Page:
Preventing falls is a key focus for the Canterbury health system all year round, the April Falls initiative provides an opportunity to raise awareness among staff and public.

Dr Nigel Millar, Canterbury Chief Medical Officer is a strong advocate for initiatives that lead to better health outcomes for Canterbury people and take Canterbury health system closer to its goal of zero harm.

“Our message is simple: Falls affect everyone, and everyone can help,” Dr Millar says.

“If you don't see yourself as someone at risk, you will know someone who is – a friend, neighbour or elderly relative perhaps.”

As part of April Falls, Canterbury DHB has challenged hospital staff to produce the most eye catching displays and to involve visitors and patients in conversations about keeping them safe.

“We are also calling for nominations for Falls Champions in our hospitals, staff who identify people most at risk and involve them in an individualised strategy to keep them safe while they are with us, and after they leave,” Dr Millar says.

“Falls can happen anywhere and to anyone, which is why we have put energy and investment into our Community Falls Programme. The good news is that there are simple things people can do at home or with help or advice from a health professional to help keep them safe.”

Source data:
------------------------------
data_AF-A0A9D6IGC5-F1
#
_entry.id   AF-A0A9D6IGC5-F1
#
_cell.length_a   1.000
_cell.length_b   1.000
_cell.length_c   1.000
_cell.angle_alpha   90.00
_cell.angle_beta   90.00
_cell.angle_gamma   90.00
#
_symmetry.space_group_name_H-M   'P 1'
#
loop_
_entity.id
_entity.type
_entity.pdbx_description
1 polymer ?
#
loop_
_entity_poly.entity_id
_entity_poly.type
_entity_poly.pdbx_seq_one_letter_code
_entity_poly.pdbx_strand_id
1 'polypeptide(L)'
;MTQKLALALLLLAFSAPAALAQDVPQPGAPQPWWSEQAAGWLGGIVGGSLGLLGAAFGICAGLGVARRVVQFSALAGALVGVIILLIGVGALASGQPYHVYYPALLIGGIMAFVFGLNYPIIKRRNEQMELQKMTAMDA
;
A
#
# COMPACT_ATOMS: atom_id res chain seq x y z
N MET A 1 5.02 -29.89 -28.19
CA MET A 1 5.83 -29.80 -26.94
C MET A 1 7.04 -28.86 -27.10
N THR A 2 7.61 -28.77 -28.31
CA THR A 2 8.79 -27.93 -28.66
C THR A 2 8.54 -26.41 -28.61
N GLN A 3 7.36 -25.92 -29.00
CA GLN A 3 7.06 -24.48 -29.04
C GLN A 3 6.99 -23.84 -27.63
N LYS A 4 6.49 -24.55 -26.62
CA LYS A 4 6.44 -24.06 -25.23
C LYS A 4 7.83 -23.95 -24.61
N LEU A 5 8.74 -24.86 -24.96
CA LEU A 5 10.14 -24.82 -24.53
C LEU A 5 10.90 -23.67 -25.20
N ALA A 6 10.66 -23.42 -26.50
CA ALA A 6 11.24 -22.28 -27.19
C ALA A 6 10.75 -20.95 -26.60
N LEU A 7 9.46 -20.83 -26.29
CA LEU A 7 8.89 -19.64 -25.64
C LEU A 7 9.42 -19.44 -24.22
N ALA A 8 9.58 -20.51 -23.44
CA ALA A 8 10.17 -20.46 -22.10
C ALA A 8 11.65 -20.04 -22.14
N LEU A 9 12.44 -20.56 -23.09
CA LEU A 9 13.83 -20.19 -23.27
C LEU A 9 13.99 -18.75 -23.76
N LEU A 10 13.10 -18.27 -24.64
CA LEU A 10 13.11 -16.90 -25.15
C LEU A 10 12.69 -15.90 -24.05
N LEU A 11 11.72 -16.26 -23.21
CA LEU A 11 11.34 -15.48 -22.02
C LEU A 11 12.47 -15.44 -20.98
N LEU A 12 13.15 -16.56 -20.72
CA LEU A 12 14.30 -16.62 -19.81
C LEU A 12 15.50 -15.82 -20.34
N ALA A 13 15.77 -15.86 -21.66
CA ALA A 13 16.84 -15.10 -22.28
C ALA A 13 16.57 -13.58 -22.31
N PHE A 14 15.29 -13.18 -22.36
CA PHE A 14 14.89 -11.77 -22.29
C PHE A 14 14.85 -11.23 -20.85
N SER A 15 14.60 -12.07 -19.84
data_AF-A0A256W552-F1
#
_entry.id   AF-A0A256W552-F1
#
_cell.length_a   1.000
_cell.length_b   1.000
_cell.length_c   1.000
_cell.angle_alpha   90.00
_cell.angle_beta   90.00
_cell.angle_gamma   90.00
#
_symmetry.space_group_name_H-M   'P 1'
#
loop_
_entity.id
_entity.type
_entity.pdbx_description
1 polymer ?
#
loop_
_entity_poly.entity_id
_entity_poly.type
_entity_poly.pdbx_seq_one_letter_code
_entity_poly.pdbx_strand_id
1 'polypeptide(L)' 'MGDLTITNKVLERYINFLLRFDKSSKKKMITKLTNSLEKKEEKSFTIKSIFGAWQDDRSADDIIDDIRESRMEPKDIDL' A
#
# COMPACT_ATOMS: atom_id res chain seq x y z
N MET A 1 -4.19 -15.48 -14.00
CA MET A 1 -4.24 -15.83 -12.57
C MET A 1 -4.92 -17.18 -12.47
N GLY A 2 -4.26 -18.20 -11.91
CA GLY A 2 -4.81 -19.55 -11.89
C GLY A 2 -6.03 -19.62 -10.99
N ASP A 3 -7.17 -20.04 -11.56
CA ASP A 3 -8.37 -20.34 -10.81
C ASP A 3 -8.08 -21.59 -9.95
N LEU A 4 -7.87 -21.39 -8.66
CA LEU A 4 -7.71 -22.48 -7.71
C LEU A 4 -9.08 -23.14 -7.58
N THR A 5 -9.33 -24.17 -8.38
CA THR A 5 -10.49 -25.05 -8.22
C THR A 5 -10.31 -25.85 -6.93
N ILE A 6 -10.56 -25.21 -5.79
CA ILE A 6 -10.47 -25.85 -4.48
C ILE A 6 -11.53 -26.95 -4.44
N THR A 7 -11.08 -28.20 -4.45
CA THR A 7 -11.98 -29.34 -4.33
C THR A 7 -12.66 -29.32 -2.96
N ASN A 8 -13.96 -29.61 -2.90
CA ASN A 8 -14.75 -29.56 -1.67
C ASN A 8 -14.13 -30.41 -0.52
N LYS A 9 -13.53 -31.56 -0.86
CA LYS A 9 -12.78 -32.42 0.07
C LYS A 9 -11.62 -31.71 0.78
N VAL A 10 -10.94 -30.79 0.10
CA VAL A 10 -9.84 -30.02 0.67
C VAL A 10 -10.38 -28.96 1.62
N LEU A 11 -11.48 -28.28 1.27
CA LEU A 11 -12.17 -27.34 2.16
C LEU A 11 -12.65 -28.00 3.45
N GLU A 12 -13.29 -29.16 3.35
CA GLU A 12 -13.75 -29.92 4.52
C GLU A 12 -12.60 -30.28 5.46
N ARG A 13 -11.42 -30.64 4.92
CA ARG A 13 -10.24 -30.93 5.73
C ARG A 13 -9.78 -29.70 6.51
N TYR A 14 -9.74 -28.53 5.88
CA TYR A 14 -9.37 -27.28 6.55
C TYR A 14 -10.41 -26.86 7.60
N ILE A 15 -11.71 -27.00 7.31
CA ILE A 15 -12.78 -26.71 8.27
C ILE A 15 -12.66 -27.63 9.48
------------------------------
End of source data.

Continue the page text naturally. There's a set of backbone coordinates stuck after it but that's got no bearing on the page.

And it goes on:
People at risk may be referred, usually by their General Practice Team or as they leave hospital, and assigned their own Falls Champion.

“Their Falls Champion can then visit them at home and begin by assessing their home environment for hazards that could lead to a fall – such as loose carpets, trailing cables or items on the floor where people walk. There may also be places such as steps, toilets or showers where a handrail would help.”

Later in the process, a Falls Champion may be able to suggest a number of community level interventions:

  • simple exercises to improve strength and balance
  • a medication review managed by a community pharmacist or General Practice team, to make sure meds are not making a fall more likely
  • talking to a doctor about vitamin D supplements to strengthen bones
  • an eye check by an optometrist – blurred vision can affect balance

Look out for colourful April Falls displays in Canterbury hospitals during April and think about whether anyone close to you could benefit from your help to prevent them from falling. Something as simple as helping them access quality advice on HealthInfo and Health Quality and Safety Commission (HQSC), or encouraging them to talk a health professional could make all the difference a health professional could make all the difference.

“If we can prevent just one fall by raising awareness and communicating simple strategies for at risk people to stay safe in our community, then our April Falls work will have been worth it,” Dr Millar says.

Additional information
Earlier this week the Accident Compensation Corporation (ACC) confirmed they are accepting an astonishing 500+ falls-related claims a day from people aged 50 and over. They also said people aged 85 and over were twice as likely to have an ACC claim for a fall as those aged 50 to 64 – and 15 times more likely to be admitted to hospital as a result.

Although people aged 85 and over make up just 5 percent of the 50-plus age group, they accounted for nearly half of hip fractures relating to a fall.


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Page last updated: 19 December 2018